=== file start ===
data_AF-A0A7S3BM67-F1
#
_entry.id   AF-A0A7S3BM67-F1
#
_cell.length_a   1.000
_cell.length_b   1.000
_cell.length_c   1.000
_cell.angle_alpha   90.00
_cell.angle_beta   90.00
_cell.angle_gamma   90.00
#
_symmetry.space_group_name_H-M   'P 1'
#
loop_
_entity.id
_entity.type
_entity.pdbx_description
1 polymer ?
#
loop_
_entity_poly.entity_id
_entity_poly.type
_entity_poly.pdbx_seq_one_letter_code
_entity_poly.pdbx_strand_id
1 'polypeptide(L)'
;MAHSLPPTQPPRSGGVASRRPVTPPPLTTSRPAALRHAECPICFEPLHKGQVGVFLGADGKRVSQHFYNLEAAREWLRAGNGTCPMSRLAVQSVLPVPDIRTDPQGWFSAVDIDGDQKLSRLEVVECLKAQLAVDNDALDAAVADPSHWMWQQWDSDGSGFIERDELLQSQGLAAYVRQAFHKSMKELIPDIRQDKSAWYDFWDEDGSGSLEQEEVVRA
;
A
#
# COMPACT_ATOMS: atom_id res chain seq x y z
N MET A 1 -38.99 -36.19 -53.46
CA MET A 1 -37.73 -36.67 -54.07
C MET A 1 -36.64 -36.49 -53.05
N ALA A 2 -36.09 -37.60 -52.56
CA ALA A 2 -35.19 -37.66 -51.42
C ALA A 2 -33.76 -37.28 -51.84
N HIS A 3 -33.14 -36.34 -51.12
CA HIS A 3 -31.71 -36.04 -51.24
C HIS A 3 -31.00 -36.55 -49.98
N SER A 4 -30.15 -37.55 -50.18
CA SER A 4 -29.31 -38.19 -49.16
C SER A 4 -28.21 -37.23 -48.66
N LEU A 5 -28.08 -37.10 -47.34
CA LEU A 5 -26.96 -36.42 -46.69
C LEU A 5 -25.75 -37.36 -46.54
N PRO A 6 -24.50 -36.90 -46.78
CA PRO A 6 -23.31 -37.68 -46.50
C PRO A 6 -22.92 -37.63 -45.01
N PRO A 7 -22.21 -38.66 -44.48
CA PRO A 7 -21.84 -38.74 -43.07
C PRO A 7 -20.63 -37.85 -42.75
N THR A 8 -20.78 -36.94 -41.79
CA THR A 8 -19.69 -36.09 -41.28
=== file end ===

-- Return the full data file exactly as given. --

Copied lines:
data_AF-A0A7S3BM67-F1
#
_entry.id   AF-A0A7S3BM67-F1
#
_cell.length_a   1.000
_cell.length_b   1.000
_cell.length_c   1.000
_cell.angle_alpha   90.00
_cell.angle_beta   90.00
_cell.angle_gamma   90.00
#
_symmetry.space_group_name_H-M   'P 1'
#
loop_
_entity.id
_entity.type
_entity.pdbx_description
1 polymer ?
#
loop_
_entity_poly.entity_id
_entity_poly.type
_entity_poly.pdbx_seq_one_letter_code
_entity_poly.pdbx_strand_id
1 'polypeptide(L)'
;MAHSLPPTQPPRSGGVASRRPVTPPPLTTSRPAALRHAECPICFEPLHKGQVGVFLGADGKRVSQHFYNLEAAREWLRAGNGTCPMSRLAVQSVLPVPDIRTDPQGWFSAVDIDGDQKLSRLEVVECLKAQLAVDNDALDAAVADPSHWMWQQWDSDGSGFIERDELLQSQGLAAYVRQAFHKSMKELIPDIRQDKSAWYDFWDEDGSGSLEQEEVVRA
;
A
#
# COMPACT_ATOMS: atom_id res chain seq x y z
N MET A 1 -38.99 -36.19 -53.46
CA MET A 1 -37.73 -36.67 -54.07
C MET A 1 -36.64 -36.49 -53.05
N ALA A 2 -36.09 -37.60 -52.56
CA ALA A 2 -35.19 -37.66 -51.42
C ALA A 2 -33.76 -37.28 -51.84
N HIS A 3 -33.14 -36.34 -51.12
CA HIS A 3 -31.71 -36.04 -51.24
C HIS A 3 -31.00 -36.55 -49.98
N SER A 4 -30.15 -37.55 -50.18
CA SER A 4 -29.31 -38.19 -49.16
C SER A 4 -28.21 -37.23 -48.66
N LEU A 5 -28.08 -37.10 -47.34
CA LEU A 5 -26.96 -36.42 -46.69
C LEU A 5 -25.75 -37.36 -46.54
N PRO A 6 -24.50 -36.90 -46.78
CA PRO A 6 -23.31 -37.68 -46.50
C PRO A 6 -22.92 -37.63 -45.01
N PRO A 7 -22.21 -38.66 -44.48
CA PRO A 7 -21.84 -38.74 -43.07
C PRO A 7 -20.63 -37.85 -42.75
N THR A 8 -20.78 -36.94 -41.79
CA THR A 8 -19.69 -36.09 -41.28